Savers money is protected by an industry wide scheme
BBC News Ask the Expert column gives readers a chance to have their financial questions answered.
Brian Capon from the British Bankers' Association helps Your Money reader Elisabetta Tenenti.
Mrs Tenenti would like to know how safe are her savings and what kind of protection do savers have in the event of a UK regulated bank or building society going bust?
Brian Capon writes:
Deposits with all authorised banks and building societies in the UK are protected under the financial services compensation scheme (FSCS).
The scheme covers the first £2,000 in full and 90% of the next £33,000 if a firm is unable to pay claims against it, for instance where a firm stops trading or is insolvent.
The maximum amount that each person can receive under the scheme is £31,700.
For the purposes of the scheme, where an account is held in joint names, each joint account holder will be treated as holding an equal share of the funds in an account, unless there is evidence to show otherwise, and will be entitled to claim compensation on their share.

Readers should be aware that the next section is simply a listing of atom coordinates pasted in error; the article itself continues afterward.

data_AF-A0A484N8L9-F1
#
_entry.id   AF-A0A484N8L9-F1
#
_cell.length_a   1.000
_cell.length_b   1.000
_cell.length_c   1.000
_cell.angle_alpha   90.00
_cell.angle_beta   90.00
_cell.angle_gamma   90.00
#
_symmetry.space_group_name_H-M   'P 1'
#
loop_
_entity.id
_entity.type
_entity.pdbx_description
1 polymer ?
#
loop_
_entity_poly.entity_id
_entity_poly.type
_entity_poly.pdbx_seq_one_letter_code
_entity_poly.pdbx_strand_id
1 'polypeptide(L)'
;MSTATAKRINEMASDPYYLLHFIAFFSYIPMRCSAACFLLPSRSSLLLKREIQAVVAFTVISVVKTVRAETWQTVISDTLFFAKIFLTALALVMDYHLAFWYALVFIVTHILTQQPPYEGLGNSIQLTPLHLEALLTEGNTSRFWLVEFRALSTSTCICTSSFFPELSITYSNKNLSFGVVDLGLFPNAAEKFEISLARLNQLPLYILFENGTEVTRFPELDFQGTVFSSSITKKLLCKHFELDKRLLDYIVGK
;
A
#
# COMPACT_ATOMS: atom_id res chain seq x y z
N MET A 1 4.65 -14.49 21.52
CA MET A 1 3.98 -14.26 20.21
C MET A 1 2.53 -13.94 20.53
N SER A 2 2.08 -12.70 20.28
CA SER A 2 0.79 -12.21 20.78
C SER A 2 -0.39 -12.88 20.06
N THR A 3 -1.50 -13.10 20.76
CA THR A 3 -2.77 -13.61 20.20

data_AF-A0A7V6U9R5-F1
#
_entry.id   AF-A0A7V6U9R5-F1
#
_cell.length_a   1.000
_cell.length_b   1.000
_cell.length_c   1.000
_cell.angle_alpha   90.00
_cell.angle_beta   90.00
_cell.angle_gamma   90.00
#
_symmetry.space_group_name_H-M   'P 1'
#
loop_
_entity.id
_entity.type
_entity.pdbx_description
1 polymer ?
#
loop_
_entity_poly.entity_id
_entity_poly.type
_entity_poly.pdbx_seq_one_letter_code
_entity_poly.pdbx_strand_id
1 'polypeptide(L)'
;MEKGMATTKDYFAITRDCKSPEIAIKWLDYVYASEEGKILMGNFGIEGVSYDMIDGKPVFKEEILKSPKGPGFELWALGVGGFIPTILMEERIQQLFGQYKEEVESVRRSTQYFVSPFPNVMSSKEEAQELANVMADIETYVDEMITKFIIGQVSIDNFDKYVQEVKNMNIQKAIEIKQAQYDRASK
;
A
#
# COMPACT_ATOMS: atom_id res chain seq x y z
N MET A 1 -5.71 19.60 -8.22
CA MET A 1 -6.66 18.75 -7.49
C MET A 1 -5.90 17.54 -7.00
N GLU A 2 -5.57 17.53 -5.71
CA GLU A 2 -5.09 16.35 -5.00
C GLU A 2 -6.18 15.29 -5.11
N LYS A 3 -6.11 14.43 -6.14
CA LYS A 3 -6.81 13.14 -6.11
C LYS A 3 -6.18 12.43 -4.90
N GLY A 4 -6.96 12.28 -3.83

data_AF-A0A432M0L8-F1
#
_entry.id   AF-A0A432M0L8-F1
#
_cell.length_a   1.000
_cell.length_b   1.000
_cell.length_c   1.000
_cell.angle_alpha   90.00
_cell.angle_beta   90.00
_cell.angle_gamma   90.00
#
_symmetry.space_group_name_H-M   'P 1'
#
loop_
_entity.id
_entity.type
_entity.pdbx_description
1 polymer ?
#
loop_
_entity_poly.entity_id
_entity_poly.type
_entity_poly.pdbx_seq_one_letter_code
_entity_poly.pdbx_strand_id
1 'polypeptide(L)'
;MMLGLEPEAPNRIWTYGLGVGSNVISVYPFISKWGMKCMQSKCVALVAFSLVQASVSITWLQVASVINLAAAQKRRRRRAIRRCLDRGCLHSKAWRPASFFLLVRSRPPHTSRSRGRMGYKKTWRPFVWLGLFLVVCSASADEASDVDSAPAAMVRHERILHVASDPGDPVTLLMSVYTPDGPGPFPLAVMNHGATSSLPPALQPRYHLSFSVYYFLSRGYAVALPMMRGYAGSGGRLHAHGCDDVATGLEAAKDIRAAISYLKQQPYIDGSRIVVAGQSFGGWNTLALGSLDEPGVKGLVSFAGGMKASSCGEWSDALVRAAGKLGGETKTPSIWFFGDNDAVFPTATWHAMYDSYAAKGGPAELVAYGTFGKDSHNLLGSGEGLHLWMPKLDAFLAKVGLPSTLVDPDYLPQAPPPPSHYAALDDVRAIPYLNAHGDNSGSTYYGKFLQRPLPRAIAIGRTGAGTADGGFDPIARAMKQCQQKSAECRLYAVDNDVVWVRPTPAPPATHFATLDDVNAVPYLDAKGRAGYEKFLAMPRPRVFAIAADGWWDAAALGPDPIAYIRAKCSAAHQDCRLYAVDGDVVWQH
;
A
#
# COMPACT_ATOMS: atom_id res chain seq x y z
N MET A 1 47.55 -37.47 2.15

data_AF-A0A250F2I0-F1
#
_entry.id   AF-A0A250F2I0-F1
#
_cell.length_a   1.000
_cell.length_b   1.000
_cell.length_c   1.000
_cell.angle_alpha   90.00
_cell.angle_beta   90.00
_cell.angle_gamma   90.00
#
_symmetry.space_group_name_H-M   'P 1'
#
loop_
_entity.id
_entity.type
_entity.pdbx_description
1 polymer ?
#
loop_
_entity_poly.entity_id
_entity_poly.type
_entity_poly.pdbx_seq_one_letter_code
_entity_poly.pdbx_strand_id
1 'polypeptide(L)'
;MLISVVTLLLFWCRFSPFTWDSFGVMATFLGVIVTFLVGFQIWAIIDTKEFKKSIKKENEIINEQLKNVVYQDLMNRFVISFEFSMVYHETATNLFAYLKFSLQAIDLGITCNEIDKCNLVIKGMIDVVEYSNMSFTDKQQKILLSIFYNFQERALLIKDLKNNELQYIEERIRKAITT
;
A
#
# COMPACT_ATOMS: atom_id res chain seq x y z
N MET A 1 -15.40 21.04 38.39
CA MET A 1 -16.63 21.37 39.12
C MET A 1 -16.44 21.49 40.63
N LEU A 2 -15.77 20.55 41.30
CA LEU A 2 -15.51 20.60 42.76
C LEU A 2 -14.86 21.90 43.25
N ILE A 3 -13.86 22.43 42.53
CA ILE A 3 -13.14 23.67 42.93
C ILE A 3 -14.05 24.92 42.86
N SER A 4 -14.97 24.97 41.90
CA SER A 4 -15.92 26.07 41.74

If a depositor owes money to the bank or building society, this will be deducted from any deposits held before compensation is calculated.
The independent scheme is funded by a compulsory levy on the financial services industry.
More information on the financial services compensation scheme, which also covers insurance and investments can be found on the FSCS website www.fscs.org.uk.
You can check whether a firm is properly authorised through a useful search facility on the Financial Services Authority website www.fsa.gov.uk.
The opinions expressed are those of the author and are not held by the BBC unless specifically stated. The material is for general information only and does not constitute investment, tax, legal or other form of advice. You should not rely on this information to make (or refrain from making) any decisions. Always obtain independent, professional advice for your own particular situation.